Rucinski was not drafted, but did sign with Cleveland as a free agent and spent 2011 in their system. He was subsequently released and pitching in the Frontier League before being signed by the Angels mid-season 2013. Last year he pitched well in five starts at high-A Inland Empire, and this year had a 2.35 ERA and 85 K/28 W in 95 innings at AA Arkansas. At the risk of underestimating him again, his prospect status is marginal, but it’s great to see that his perseverance paid off with a cup of coffee, and hopefully much more.
Tuesday, June 17, 2014
The American Association was the first association of clubs to seriously challenge the National League as another major league. Previous organizations, like the International Association, were based on a fundamentally different notion of how to organize professional baseball teams. While everyone who is reading this knows that the NL survives today and the AA does not (unless you give much weight to its eventual shotgun merger with the NL), the AA certainly made its mark on the game. It lives on most obviously through the Cincinnati Reds, Los Angeles Dodgers, Pittsburgh Pirates, and St. Louis Cardinals.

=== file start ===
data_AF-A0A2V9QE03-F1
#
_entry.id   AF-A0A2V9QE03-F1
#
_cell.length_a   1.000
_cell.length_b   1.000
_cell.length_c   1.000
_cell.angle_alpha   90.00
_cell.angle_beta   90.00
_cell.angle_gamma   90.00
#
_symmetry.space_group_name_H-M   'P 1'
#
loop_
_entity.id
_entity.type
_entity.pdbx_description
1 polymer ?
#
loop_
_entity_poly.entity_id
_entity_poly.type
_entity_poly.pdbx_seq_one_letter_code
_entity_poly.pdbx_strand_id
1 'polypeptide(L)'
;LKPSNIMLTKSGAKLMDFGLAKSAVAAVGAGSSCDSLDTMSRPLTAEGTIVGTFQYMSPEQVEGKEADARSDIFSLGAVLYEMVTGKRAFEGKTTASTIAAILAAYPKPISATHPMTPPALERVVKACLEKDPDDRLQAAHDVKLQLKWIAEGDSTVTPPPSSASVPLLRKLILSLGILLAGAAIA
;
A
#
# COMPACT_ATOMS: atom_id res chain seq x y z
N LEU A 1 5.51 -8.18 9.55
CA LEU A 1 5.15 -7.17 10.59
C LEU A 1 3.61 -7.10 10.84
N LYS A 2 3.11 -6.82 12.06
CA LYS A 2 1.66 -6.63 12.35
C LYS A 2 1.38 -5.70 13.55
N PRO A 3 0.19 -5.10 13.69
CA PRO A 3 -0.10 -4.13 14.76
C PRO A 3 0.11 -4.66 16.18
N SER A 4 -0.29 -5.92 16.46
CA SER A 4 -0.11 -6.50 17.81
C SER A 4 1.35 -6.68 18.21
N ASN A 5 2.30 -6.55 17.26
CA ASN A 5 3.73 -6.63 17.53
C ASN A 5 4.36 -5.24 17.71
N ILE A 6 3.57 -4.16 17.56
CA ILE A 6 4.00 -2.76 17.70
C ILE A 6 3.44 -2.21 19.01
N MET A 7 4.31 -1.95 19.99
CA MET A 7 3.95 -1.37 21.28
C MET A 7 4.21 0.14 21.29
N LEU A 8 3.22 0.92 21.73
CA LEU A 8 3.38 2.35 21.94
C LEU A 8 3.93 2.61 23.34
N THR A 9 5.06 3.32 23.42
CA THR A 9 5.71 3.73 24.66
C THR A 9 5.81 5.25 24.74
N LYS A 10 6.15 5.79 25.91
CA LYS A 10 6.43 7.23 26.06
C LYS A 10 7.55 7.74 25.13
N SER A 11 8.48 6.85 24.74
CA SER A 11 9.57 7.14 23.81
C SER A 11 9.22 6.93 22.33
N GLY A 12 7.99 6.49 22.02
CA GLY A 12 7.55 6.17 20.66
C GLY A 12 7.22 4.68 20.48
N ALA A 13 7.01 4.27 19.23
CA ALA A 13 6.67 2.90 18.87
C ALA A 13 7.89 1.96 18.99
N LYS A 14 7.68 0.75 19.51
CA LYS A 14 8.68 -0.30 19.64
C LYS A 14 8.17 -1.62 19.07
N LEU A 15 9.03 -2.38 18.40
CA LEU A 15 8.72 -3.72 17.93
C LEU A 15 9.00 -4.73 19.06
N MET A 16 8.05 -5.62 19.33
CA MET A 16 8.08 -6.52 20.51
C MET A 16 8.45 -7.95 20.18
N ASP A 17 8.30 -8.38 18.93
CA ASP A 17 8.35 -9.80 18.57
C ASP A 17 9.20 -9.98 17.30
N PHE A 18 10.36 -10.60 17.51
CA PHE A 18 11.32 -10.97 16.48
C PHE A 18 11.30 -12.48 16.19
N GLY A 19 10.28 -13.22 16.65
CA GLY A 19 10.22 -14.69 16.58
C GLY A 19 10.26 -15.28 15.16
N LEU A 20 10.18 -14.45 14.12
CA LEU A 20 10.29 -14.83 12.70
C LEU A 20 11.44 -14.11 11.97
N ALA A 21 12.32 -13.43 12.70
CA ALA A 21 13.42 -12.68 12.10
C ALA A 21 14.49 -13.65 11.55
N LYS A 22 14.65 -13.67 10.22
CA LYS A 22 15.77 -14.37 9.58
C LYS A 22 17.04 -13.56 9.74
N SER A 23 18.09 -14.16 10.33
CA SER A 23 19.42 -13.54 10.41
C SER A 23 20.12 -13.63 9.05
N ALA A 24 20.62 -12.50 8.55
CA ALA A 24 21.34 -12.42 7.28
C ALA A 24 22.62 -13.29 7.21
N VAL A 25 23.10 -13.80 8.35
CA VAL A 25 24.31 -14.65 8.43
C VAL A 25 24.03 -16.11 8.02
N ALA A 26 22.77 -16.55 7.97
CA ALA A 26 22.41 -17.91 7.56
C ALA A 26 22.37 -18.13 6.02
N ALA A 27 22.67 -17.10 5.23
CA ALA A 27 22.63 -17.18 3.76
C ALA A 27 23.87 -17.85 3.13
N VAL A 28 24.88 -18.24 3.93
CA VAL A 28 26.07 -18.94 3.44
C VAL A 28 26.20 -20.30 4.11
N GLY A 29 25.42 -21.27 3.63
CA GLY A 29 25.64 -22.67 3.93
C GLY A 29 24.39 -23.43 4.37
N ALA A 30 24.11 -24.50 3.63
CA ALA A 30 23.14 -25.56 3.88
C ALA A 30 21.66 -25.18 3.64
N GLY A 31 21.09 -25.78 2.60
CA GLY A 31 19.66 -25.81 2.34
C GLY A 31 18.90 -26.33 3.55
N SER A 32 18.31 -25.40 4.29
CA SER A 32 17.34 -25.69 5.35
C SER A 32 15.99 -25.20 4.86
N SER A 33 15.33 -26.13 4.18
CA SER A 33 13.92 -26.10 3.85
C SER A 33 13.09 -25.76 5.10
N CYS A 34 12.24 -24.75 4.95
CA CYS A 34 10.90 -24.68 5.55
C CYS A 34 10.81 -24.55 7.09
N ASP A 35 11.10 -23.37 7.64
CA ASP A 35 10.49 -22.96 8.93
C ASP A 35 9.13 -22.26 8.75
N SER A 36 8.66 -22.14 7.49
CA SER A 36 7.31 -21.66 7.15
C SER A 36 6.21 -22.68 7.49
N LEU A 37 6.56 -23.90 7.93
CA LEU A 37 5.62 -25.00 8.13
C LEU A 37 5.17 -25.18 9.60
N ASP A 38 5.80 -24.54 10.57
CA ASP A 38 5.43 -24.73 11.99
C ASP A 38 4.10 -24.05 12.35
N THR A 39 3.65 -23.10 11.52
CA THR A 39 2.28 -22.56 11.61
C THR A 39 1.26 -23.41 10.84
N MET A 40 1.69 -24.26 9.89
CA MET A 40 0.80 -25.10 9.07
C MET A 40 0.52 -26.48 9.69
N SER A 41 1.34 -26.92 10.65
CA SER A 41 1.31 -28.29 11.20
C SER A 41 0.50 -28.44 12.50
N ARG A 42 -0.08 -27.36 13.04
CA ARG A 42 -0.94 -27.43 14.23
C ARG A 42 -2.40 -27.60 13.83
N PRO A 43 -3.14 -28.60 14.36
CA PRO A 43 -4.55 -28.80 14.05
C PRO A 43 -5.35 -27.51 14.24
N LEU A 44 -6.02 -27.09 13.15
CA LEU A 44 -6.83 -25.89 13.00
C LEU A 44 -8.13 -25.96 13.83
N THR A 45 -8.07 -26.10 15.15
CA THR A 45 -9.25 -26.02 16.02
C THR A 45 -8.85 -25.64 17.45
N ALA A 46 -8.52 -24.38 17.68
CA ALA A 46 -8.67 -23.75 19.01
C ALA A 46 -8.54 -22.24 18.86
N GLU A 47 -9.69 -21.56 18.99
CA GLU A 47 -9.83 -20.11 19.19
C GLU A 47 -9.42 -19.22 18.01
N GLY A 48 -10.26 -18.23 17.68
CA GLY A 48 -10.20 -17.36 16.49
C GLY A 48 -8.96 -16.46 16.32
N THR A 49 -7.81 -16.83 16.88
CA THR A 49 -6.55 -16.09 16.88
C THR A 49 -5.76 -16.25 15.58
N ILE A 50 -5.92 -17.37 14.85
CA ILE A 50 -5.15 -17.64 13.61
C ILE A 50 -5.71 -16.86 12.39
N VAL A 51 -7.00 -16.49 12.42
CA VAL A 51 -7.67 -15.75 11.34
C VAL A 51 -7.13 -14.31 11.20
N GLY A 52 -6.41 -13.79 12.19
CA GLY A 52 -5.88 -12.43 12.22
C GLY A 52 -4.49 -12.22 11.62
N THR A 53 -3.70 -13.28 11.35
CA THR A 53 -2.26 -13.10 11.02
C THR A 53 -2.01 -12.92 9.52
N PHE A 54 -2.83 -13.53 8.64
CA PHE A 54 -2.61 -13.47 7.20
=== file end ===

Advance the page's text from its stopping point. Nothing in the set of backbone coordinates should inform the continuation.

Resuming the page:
As the AA was organized in 1881, the National League fielded eight teams in Buffalo, Boston, Chicago, Cleveland, Detroit, Providence, Troy, and Worcester. That left major cities like Cincinnati, New York, Philadelphia, and St. Louis out of luck. While independent clubs were still in existence and of high quality (although not in the numbers they once had been, particularly in the east), there was an opening available for a rival league to enter the fray.